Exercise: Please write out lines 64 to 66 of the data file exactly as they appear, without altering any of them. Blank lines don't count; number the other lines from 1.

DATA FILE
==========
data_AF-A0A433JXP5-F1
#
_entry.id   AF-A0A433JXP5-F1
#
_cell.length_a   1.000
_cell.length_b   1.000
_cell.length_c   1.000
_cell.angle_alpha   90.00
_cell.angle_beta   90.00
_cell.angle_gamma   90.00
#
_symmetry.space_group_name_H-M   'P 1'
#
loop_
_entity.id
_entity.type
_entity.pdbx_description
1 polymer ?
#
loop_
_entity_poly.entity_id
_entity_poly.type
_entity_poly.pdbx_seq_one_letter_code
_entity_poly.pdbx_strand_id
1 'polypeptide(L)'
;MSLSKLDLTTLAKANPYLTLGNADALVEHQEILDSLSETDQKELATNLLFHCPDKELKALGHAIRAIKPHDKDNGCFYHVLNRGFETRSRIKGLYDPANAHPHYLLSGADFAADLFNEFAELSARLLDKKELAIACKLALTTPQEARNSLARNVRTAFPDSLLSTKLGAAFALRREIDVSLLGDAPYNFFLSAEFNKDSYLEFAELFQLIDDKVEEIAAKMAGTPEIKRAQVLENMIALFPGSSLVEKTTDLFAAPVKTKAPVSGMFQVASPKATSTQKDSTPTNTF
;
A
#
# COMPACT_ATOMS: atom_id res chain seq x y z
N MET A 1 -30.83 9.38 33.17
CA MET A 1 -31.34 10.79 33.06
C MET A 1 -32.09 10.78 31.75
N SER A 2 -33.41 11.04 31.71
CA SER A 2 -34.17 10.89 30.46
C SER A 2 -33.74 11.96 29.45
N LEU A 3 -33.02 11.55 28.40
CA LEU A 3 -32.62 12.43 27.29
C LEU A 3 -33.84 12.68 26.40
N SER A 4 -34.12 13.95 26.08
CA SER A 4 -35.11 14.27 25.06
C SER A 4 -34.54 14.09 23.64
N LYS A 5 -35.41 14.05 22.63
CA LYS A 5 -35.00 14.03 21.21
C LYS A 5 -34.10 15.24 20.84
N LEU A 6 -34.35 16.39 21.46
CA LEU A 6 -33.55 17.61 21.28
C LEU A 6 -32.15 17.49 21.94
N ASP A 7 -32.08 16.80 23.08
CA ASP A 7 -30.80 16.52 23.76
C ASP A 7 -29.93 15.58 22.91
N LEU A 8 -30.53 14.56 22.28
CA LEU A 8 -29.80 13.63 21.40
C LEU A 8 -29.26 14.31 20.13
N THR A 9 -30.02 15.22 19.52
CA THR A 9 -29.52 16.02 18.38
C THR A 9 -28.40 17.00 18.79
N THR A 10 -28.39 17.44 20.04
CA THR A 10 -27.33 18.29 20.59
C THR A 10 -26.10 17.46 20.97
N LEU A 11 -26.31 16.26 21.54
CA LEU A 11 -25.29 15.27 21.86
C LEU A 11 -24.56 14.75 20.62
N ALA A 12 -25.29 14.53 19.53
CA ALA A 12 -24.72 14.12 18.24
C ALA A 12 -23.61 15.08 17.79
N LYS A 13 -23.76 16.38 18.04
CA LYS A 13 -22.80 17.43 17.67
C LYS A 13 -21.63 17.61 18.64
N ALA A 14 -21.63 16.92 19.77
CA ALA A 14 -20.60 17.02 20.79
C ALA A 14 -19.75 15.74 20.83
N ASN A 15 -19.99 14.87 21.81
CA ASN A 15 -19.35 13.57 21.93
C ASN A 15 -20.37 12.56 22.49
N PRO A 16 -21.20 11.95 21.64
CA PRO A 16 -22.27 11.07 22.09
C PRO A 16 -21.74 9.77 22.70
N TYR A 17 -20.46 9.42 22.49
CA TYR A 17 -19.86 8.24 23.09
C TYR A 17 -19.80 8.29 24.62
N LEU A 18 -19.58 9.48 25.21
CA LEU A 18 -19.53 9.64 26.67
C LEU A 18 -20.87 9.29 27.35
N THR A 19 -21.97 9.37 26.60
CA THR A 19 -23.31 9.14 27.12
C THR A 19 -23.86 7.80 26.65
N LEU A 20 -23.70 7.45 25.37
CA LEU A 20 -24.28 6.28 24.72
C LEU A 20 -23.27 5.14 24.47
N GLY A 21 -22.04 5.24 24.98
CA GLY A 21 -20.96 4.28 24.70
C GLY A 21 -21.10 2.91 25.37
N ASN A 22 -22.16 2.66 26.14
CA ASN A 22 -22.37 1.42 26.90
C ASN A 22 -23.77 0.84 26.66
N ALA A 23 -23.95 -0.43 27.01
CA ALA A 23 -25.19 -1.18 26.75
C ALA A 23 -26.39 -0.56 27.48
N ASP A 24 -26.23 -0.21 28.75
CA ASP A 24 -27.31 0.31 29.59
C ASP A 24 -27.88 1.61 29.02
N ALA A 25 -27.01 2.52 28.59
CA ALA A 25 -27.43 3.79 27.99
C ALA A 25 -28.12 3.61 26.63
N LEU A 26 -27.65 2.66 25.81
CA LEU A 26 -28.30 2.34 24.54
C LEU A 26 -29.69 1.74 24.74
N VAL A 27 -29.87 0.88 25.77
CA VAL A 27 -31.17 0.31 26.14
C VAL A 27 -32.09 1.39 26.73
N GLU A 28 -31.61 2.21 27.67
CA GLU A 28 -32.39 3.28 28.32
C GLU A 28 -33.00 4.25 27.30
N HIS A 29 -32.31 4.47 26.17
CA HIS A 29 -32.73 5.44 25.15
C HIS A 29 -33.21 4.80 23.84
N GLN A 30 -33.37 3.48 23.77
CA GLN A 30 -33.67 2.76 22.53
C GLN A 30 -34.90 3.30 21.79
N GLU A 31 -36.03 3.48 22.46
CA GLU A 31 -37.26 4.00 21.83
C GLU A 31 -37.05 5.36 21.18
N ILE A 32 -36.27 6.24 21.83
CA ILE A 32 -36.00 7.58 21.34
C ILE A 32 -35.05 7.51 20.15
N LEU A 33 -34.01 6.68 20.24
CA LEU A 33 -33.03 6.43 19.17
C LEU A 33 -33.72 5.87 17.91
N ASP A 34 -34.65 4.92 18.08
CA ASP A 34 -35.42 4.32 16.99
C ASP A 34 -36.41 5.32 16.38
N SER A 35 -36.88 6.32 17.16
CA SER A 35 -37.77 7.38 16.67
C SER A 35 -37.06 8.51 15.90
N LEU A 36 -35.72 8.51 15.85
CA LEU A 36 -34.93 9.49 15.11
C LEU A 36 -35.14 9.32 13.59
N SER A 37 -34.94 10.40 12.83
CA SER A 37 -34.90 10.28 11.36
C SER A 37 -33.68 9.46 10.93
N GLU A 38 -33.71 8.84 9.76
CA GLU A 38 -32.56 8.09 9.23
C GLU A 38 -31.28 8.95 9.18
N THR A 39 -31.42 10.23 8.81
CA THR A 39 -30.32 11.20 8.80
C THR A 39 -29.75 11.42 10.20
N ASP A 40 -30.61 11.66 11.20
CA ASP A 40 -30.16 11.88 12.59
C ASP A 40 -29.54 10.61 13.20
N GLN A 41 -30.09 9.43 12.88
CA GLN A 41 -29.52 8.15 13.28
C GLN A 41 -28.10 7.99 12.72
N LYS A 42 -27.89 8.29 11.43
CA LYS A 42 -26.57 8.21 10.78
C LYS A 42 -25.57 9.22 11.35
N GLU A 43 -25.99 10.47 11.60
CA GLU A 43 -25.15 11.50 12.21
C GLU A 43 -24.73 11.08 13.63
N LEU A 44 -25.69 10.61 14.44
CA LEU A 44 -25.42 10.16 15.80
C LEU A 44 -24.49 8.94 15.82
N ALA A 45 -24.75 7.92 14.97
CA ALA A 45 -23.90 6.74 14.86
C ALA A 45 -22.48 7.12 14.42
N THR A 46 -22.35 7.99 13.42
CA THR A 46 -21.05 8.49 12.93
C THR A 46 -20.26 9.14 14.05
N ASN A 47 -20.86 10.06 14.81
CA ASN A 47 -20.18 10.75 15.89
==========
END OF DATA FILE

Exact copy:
N ALA A 12 -25.29 14.53 19.53
CA ALA A 12 -24.72 14.12 18.24
C ALA A 12 -23.61 15.08 17.79